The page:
Strategy needed to ensure smooth flow of perishable crops in Myanmar

Myanmar should smoothen the flow of crops from farms to domestic users as well as to the country’s ports and border trade points as COVID-19 continues to wreak uncertainty in the market, said Minister of Commerce U Than Myint.“Due to the recurring restrictions from COVID-19, we can expect disruptions in the supply of crops to end users like restaurants and markets as well as at the border. The whole crop supply chain is at risk and we must be prepared for this,” he said.

A system to ensure locally produced fruits like watermelons, muskmelons, oranges and tomatoes is delivered to buyers should be in place before the coming winter harvest, and the Ministry of Commerce has already contacted the Ministry of Agriculture, Livestock and Irrigation to smoothen the logistics for these crops.Erratic restrictions imposed to manage COVID-19 such as requiring local truckers to take tests and swap vehicles at the Chinese and Thai borders have resulted in unanticipated delays and damaged goods, all of which have led to losses for farmers.

There have also been challenges in ensuring perishable crops and fruits are delivered to local outlets in a timely
manner, as there is a lack of storage capacity and restrictions imposed on the flow of logistics, such as curfews.“The difficulty is in transportation. Challenges arise when truck drivers who travel regionally delivering goods are forced to take COVID-19 tests every 72 hours,” U Kyaw Thu, member of Myanmar Fruit, Flower and Vegetable Producer and Exporter Association told the Myanmar Times.

He added that traffic congestion and delays are expected to increase in the winter season. “On the way to Muse, trucks have to line up for two or three days. Although a green lane has been implemented between Myanmar and China for fruits and perishable goods, the current infrastructure and arrangements will not be sufficient when volumes rise in winter,” he said.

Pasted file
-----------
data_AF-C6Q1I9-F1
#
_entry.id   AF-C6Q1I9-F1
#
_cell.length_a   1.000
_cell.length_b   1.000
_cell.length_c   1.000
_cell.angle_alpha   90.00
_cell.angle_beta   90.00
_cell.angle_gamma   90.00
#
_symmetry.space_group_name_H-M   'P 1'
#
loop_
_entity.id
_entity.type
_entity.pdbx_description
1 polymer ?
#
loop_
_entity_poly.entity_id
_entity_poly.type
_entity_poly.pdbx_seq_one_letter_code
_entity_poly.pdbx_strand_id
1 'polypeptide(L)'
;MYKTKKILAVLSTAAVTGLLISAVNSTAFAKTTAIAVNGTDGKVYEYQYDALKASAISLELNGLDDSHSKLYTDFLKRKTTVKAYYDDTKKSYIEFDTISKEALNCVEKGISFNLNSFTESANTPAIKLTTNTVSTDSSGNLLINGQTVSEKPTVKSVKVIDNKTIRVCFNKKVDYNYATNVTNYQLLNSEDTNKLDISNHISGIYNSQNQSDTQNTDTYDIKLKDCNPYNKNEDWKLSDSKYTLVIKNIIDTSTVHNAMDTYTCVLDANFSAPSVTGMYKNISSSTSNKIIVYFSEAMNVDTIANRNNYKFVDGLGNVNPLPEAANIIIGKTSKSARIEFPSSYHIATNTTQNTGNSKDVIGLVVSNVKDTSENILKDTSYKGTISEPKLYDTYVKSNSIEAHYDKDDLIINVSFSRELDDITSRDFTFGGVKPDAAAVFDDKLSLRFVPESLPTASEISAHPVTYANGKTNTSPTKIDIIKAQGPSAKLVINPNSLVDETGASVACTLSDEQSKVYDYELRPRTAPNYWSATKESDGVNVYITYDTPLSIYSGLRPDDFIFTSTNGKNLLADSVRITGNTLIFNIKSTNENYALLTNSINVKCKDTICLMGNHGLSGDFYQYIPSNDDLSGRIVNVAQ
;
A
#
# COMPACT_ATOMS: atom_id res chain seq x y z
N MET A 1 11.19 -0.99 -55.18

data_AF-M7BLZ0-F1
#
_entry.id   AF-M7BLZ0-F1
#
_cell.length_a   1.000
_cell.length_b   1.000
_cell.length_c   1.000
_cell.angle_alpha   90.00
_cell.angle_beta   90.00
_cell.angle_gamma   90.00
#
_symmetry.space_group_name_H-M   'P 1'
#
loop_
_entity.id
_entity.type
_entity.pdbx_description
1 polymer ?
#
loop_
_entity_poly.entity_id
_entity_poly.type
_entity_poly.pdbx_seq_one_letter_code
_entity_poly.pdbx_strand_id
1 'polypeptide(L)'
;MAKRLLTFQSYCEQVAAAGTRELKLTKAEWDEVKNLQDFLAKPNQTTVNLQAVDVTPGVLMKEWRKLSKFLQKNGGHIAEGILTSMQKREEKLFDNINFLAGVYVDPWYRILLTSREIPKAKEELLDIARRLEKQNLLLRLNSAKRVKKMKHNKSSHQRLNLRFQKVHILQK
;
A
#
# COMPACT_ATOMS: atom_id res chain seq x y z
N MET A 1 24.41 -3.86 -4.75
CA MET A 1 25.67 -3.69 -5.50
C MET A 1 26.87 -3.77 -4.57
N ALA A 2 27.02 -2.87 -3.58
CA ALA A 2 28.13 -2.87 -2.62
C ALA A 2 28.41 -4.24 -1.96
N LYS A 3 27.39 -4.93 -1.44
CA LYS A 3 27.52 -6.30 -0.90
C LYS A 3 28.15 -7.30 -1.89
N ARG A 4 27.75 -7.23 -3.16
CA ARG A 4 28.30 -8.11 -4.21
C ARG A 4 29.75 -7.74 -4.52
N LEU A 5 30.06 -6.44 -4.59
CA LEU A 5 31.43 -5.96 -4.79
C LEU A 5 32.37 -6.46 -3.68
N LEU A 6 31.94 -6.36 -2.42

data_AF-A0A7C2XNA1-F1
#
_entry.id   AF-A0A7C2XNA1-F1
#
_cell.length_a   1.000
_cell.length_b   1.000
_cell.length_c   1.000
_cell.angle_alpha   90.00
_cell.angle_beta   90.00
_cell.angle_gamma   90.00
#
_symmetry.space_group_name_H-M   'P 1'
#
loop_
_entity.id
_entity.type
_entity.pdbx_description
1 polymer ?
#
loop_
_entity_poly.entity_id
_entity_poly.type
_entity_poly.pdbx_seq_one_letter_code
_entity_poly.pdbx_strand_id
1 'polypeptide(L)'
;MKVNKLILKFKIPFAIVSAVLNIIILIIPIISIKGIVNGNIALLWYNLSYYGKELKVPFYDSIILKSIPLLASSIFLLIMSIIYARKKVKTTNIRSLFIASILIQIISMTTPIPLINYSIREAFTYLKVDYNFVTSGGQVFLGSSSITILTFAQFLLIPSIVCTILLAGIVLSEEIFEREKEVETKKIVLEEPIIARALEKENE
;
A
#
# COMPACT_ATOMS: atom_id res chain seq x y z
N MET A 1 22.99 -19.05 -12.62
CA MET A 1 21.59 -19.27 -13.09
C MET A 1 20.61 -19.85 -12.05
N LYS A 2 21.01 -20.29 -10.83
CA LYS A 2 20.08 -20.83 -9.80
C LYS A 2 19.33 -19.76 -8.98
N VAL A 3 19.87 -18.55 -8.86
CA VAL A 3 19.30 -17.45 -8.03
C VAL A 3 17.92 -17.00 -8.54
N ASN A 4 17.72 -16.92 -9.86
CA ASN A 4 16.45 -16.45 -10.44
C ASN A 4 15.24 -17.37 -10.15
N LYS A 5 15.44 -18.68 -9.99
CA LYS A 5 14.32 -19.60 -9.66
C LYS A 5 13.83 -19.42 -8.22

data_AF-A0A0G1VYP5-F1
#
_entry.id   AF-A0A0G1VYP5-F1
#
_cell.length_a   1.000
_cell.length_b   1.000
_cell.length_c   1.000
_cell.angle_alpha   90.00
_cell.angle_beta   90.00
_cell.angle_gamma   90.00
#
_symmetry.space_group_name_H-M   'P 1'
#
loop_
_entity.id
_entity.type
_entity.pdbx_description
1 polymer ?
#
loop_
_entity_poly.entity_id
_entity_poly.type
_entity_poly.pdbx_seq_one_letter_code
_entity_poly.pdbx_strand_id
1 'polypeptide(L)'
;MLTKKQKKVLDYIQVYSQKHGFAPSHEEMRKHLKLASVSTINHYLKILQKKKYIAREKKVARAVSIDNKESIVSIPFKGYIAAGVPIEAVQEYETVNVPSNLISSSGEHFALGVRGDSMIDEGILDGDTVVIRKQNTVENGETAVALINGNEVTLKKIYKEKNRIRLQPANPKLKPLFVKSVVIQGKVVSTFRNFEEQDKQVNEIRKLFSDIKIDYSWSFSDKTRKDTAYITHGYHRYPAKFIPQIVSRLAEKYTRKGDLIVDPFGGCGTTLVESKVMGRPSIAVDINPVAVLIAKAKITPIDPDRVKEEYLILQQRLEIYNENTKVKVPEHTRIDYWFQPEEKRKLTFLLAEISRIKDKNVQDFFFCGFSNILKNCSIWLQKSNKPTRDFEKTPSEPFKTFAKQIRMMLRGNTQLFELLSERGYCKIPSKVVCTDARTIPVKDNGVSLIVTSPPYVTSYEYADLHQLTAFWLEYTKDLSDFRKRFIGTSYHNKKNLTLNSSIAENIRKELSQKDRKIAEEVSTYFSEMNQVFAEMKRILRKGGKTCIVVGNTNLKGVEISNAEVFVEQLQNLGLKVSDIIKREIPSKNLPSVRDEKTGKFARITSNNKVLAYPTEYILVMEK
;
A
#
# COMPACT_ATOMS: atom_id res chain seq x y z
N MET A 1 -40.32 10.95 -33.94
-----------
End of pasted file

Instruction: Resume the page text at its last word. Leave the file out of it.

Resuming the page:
U Aung Htoo, Deputy Minister of Commerce, said the government and private sector must cooperate to reduce traffic congestion as well as invest in cold storage facilities at border townships to ensure fruits and vegetables bound for exports are still in good condition when delivered to avoid losses.“This can’t be done overnight by one organisation. Some investments have to be carried out continuously with the long term aim of optimising exports and reducing wastage and losses,” he said.

What’s clear is the flow of goods from local farms to warehouses and depots across the border will be easier and more viable for farmers when cold storage facilities, packing houses and commodity exchange centers are built. This will also enable Myanmar to better meet foreign demands and avoid wastage and losses, U Aung Htoo said.It will also be strategic and helpful if some of these facilities can be developed in Mandalay as well as Lashio and Tangyan in Shan State, which are major agriculture-producing regions, as this will also help to keep goods fresh while in transit, said U Aung Htoo. – Translated

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Source : Myanmar Times

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